Even the Hottest Fire

editorial-logo3I am afraid of fire. That may seem to be a simple, less than profound statement. After all, most people are at least respectful of fire. What I should say is that I am terrified of fire and have been since an unfortunate incident that happened when I was just a very little girl. I have watched, horrified, as my neighbors, friends, business associates felt the full force of a blaze that we all knew could potentially come but none of us were really expecting.

For all the years of my life, I have stared at the mountains just off in the distance. They are a part of my landscape, a piece of my picture. But, I have never really thought about what they mean to me and the community. I simply assumed that they would always rise, beautiful and stately, just beyond my home. The concept of losing their beauty simply didn’t exist for me. Now it is all that I can think about.

Wildfires belong to the west, tornadoes to the mid section of the Country, blizzards to the north and hurricanes to the south. Here, in the heartland, I was safe. My neighbors are devastated. They lost more than homes and livelihoods to the wildfire. They lost their sense of security, their way of life. Some lost loved ones that can never be replaced, no matter the size of the insurance check. What they didn’t lose was their spirit.

I am proud of the way the community has risen to lift up those who are hurting and in need. With no fanfare, no marches or protests, no looting or shooting, no blaming or seeking fame, they simply answered a call. It says much about the people of our greater community and it makes me proud to be their friend and neighbor.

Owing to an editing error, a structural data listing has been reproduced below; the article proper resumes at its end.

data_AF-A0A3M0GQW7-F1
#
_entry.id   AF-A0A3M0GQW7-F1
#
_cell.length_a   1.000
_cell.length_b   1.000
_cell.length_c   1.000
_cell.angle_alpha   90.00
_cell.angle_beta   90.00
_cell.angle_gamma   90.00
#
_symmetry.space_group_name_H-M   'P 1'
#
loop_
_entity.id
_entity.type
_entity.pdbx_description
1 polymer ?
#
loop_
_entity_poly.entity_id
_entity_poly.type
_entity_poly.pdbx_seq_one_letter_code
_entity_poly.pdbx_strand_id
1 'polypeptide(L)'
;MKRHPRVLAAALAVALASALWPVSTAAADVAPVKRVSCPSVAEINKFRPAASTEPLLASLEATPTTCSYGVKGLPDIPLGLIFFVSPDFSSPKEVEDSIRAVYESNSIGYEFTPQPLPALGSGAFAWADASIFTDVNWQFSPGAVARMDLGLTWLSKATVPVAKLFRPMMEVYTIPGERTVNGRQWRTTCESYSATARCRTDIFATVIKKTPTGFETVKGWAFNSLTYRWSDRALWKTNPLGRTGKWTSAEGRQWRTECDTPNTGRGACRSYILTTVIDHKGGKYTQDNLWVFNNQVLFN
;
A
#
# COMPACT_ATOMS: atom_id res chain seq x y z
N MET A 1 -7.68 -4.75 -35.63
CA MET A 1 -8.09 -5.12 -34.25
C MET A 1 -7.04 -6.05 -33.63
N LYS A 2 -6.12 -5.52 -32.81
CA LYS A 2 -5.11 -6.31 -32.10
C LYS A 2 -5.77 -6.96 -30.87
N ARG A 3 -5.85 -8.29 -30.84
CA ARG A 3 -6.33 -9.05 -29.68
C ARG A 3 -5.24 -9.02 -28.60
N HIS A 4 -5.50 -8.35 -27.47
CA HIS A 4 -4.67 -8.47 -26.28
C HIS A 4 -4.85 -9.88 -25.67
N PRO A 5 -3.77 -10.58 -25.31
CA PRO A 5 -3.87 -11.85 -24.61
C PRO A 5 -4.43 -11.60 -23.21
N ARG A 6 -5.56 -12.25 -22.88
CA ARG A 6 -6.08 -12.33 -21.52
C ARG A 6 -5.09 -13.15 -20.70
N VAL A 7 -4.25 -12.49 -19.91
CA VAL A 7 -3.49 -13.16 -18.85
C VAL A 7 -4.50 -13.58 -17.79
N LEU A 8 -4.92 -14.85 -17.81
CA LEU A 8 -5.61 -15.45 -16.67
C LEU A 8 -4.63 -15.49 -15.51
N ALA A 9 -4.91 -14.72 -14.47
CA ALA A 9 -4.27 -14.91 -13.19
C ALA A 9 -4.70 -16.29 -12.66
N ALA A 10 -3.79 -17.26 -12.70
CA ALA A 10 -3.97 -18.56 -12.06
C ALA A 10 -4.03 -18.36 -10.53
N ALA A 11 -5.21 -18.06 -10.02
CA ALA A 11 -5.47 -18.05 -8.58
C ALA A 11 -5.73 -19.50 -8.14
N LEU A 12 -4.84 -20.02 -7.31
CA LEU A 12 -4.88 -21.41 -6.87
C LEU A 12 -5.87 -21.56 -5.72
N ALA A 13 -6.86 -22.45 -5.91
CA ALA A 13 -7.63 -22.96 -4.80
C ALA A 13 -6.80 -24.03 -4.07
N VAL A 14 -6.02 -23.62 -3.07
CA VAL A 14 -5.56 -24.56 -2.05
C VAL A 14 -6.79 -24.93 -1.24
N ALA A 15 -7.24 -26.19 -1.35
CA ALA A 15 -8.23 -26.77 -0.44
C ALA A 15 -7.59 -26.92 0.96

To those that fought hard against a foe that makes me quake in my boots, I am thankful. Your backbone kept us standing tall. You have walked through hell and we will not forget your sacrifice. To our State Representatives, thank you for taking up the mantle and easing the way toward financial recovery. To everyone who offered a prayer, donated a dollar, sent supplies or rolled up your sleeves and volunteered, thank you for your devotion to your community. It is that devotion, caring and selflessness that makes our community great.

The last week has been proof positive that you cannot take the things and people in your life for granted. Sometimes the impossible happens, even here in the heartland. Challenges and differences aside, there are some really good people who make up our community. This fire may be one for the history books but I am certain that it will not define this community. We will grieve for our losses and we will never forget. But, we will come back better, stronger and more resilient because the foundation of our community is built on faith in God and love for each other. Those are two things that even the hottest blaze cannot destroy.

Source: K. Depew, News Director

Jefferson Farmers Co-op 08112014